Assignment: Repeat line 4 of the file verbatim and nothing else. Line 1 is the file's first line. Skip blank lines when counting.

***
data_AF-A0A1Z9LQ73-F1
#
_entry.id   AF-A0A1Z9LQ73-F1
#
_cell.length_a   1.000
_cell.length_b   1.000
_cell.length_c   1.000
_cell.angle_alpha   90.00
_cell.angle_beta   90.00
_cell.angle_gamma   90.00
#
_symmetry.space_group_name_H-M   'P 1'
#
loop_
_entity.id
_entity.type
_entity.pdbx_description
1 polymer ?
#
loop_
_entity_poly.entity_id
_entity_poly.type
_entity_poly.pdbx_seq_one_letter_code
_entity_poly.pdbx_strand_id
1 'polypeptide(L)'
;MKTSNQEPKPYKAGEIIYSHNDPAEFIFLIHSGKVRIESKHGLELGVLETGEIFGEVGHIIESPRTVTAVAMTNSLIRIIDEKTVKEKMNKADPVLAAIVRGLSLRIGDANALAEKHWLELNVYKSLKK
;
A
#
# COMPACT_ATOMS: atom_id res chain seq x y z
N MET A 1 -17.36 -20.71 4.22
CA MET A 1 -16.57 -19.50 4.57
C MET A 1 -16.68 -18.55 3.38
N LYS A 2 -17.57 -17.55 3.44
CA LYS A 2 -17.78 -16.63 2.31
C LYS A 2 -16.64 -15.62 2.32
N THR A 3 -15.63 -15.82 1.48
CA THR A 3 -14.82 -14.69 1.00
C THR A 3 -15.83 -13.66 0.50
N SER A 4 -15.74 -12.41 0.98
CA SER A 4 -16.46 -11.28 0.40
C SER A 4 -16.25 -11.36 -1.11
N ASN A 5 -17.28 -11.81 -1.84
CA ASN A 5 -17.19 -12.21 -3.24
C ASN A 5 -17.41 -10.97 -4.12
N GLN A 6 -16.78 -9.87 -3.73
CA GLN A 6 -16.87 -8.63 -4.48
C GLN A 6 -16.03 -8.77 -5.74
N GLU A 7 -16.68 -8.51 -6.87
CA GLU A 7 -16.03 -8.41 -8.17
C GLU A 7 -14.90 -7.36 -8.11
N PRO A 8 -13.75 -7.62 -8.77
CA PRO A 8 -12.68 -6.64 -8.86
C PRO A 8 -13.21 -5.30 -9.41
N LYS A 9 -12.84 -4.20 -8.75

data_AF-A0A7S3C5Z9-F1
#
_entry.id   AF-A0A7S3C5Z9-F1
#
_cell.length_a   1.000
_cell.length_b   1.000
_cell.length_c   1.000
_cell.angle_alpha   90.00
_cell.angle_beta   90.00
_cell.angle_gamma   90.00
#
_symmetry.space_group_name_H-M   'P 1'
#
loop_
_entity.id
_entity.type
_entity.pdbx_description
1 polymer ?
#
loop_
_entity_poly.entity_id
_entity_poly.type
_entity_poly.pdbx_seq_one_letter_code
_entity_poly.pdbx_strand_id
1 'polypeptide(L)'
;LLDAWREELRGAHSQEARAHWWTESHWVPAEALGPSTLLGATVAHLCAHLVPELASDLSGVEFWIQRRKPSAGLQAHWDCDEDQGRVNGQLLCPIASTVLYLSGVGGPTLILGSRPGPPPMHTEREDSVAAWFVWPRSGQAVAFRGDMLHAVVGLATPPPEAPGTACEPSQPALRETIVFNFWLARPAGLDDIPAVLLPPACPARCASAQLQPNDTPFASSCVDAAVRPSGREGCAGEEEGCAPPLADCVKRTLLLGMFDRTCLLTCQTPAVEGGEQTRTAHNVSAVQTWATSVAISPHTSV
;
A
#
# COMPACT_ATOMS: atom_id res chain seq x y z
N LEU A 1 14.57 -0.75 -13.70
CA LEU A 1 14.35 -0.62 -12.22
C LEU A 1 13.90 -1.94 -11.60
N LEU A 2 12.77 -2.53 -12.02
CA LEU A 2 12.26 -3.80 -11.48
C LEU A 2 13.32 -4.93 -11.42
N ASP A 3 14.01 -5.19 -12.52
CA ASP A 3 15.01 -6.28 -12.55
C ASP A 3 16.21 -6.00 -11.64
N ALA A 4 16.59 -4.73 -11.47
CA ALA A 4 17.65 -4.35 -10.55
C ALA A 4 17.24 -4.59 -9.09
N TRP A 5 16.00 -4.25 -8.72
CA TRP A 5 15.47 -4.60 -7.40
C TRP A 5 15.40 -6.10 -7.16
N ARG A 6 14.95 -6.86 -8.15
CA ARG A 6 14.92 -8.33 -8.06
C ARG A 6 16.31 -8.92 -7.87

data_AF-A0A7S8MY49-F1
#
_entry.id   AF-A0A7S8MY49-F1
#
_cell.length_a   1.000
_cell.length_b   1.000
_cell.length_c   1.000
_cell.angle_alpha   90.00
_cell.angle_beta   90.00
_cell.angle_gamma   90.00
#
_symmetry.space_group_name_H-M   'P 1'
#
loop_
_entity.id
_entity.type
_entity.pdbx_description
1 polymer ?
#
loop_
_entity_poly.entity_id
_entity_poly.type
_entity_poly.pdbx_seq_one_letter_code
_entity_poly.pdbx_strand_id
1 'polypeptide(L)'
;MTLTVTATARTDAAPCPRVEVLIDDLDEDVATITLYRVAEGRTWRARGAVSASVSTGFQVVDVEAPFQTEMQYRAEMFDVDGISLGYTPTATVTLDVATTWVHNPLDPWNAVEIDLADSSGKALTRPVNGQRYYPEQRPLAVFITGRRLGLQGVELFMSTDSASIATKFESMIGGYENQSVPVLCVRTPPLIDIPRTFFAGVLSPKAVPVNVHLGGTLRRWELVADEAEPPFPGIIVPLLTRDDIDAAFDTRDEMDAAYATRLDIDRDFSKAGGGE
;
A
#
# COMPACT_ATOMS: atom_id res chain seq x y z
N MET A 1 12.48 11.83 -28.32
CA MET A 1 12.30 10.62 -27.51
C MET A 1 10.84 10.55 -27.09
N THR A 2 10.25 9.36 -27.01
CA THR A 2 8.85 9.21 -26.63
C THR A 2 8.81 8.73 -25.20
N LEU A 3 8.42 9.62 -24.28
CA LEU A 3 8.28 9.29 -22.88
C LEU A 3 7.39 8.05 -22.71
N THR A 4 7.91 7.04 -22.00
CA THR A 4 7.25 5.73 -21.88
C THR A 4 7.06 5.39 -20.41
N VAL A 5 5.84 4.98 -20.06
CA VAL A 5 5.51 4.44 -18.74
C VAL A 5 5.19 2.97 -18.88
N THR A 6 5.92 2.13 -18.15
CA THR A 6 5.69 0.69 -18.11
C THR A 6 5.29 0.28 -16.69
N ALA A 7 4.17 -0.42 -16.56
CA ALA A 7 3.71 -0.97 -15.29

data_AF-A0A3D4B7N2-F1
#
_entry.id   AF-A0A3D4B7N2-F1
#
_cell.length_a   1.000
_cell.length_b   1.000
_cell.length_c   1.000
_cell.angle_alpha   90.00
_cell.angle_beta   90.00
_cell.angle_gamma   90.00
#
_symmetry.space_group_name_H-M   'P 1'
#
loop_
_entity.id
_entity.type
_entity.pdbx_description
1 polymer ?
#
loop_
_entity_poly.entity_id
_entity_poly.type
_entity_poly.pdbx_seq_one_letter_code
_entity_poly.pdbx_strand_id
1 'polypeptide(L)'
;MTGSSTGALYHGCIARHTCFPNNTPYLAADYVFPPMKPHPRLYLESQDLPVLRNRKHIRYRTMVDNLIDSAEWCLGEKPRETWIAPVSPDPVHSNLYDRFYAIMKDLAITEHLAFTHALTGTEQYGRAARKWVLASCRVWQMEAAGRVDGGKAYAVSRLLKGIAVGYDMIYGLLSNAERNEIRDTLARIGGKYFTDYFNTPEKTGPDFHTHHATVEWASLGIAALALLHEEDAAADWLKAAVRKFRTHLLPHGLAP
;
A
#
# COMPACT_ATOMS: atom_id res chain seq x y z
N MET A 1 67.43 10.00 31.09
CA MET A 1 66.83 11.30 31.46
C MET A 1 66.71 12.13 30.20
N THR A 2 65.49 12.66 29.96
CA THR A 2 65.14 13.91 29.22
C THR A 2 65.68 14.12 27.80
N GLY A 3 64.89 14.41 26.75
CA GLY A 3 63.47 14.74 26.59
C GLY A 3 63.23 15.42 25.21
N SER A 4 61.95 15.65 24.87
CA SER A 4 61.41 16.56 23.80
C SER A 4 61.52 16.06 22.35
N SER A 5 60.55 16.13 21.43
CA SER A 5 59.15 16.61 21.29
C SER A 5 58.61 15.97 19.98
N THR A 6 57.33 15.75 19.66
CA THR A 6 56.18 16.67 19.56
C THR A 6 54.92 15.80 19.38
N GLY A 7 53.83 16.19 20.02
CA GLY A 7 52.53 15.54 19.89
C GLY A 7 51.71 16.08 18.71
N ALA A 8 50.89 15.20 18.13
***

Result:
#